Your stone will be set in any of their thousands of settings while you wait, it's sort of a live version of the "build your own ring" phenomenon. You get coffee and biscuits while you wait in their absolutely lovely customer's lounge.

Also, their proprietary cut, the Gassan 121, is really a sight to behold. We ended up buying one of those. Each cutting house will have their own cut (Coster's is the Royal 201, also quite spectacular) that you won't find stateside so if you have the funds and are looking for a unique piece, the diamond district in Amsterdam is truly the place to go.

Chebella, I don't have too much experience with Africa, but I do know that most rough is shipped out for cutting to the Netherlands and other places in Europe, as well as some Asian nations, so your success at finding cut diamonds there may not be as good.
 
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nikkikeith

The Black Orlov
#55
wow that sounds like such an amazing experience...maybe something to do for an anniversary vaca/upgrade or something
 
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#56
Africa has gotten a lot better in recent years.. As new laws come in to place more and more cutting is being done in Africa in an effort to get the miners closer to the end customer and keep more of the money spent on diamonds in Africa..
 

Wink

The Imperial Diamond
#58
Nasubi said:
I think this article was referred to earlier in the thread. Basically explains why diamonds are a bad investment.

"Have you ever tried to sell a diamond?" Interesting stories how value really is in the eye of the beholder.
http://www.edwardjayepstein.com/diamond/chap20.htm
LOL, Epstein has been saying that the diamond market was finished since back in the late 1970s or early 1980's. He really hates the diamond market. Since then the market has gone up and down but more up than down and thus it has always been and thus it will always be...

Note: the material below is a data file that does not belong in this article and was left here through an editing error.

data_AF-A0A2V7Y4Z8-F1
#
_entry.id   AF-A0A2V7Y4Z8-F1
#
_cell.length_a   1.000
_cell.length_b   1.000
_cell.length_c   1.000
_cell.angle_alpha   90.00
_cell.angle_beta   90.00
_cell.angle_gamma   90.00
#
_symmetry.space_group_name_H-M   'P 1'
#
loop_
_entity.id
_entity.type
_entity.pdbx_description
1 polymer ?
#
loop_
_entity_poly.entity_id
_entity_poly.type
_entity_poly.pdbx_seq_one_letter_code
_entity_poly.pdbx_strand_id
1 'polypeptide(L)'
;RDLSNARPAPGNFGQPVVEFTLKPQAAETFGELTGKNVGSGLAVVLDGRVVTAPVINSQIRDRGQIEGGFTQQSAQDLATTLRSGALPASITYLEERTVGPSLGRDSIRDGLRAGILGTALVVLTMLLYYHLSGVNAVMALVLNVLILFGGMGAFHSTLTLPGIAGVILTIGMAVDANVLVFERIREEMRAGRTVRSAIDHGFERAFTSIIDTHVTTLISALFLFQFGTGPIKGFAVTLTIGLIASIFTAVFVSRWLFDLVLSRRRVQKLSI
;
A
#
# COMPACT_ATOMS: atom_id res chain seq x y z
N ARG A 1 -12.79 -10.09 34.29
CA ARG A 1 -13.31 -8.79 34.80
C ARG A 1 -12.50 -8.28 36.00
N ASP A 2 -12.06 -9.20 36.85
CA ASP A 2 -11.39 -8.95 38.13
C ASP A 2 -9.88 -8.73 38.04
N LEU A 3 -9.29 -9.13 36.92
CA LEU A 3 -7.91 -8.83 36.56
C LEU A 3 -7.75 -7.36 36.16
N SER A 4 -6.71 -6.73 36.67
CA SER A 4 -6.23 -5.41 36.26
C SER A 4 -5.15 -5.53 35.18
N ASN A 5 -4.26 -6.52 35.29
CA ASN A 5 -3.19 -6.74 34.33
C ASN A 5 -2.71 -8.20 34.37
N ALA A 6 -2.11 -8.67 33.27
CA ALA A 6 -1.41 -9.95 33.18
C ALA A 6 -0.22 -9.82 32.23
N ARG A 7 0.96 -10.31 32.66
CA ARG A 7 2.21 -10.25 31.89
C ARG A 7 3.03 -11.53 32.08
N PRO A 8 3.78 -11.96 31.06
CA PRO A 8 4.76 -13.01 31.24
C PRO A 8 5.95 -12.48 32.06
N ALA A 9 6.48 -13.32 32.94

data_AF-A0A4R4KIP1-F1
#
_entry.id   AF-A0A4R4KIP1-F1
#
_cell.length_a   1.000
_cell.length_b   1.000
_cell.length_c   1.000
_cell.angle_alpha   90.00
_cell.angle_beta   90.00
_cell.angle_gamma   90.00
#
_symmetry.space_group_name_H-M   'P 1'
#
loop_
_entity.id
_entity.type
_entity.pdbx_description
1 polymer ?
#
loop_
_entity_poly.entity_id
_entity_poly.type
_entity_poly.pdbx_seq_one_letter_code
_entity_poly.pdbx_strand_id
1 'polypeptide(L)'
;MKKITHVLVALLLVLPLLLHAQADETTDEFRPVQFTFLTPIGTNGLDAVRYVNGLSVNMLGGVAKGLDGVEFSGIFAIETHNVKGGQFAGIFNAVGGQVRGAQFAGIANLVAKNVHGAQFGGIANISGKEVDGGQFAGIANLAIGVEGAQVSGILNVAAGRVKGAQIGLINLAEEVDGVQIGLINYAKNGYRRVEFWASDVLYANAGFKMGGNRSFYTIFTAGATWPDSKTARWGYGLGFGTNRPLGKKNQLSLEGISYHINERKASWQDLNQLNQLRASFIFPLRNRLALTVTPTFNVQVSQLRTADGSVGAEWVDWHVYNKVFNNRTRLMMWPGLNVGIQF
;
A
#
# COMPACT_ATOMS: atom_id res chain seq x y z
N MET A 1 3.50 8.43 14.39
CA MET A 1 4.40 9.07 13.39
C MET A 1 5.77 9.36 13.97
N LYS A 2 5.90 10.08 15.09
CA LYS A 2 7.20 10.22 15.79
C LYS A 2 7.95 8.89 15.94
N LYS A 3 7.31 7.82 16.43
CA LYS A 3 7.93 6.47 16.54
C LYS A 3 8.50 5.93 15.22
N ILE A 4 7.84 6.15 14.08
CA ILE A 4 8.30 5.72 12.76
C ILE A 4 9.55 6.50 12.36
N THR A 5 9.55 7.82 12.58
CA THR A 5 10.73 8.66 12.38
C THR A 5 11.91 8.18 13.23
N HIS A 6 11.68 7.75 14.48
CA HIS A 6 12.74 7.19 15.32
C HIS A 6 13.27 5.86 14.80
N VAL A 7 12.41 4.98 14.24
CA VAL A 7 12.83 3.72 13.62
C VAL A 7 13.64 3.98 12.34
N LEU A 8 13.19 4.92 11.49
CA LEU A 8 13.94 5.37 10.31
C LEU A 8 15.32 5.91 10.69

Wink
 
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Wink

The Imperial Diamond
#59
figment said:
Well, I have this to say about diamonds, which is that there is one way to buy them and get a reasonable deal.

You can buy them direct from the cutters in Europe (Amsterdam and Antwerp in particular).

When you go to Amsterdam, there are whole city blocks occupied by the diamond facilities. I was at Gassan several weeks ago (they have a monstrous showroom, and set loose stones on the spot) and prices were roughly 25% less than they would be stateside, even accounting for the VAT (which you get back as a foreigner leaving the country) and the exchange rate (which could be better).

They have cases and cases full of loose diamonds. You tell the salesperson what you are looking for and he trots off and returns with 5 or so stones at a time, and presents you with the loupe and microscope.

I looked at a 1.21 F VVS2, ideal cut round, I'd guess an HCA score around 1.6. A similar stone is currently listed on James Allen for $14,210. The stone in Amsterdam, even given the conversion, would have been about $9500. Of course it was not certified yet, since it had not come stateside, but that was their in-house gemologist's temporary cert, and that's how they sell diamonds to the American distributors, so.

The pricing really depends on how many middlemen you cut out.

Fundamentally, though, diamonds are not rare. If DeBeers were to release their held inventory of rough and cut diamonds onto the diamond market, prices would plummet to the level of lab-created gemstones as supply would be effectively infinite. Rare colors would still be rare, but white, round, brilliant cut diamonds would be a completely saturated market.

The whole desire and rarity of diamonds is a manufactured concept. The ability to buy diamonds outside of the control of DeBeers as mines were discovered in Canada, Australia, etc has lowered prices and lowered markups, as has the advent of internet buying, digital photography, and all the other tools we use that enable us to buy diamonds online.

Diamonds can't be an investment, because there is no conceivable way for them to appreciate in value unless diamonds ceased to be sold, which of course wouldn't happen as they're so common. However, their value is solely manufactured, as proven by the fact that they have basically zero value when sold outside of a retail environment.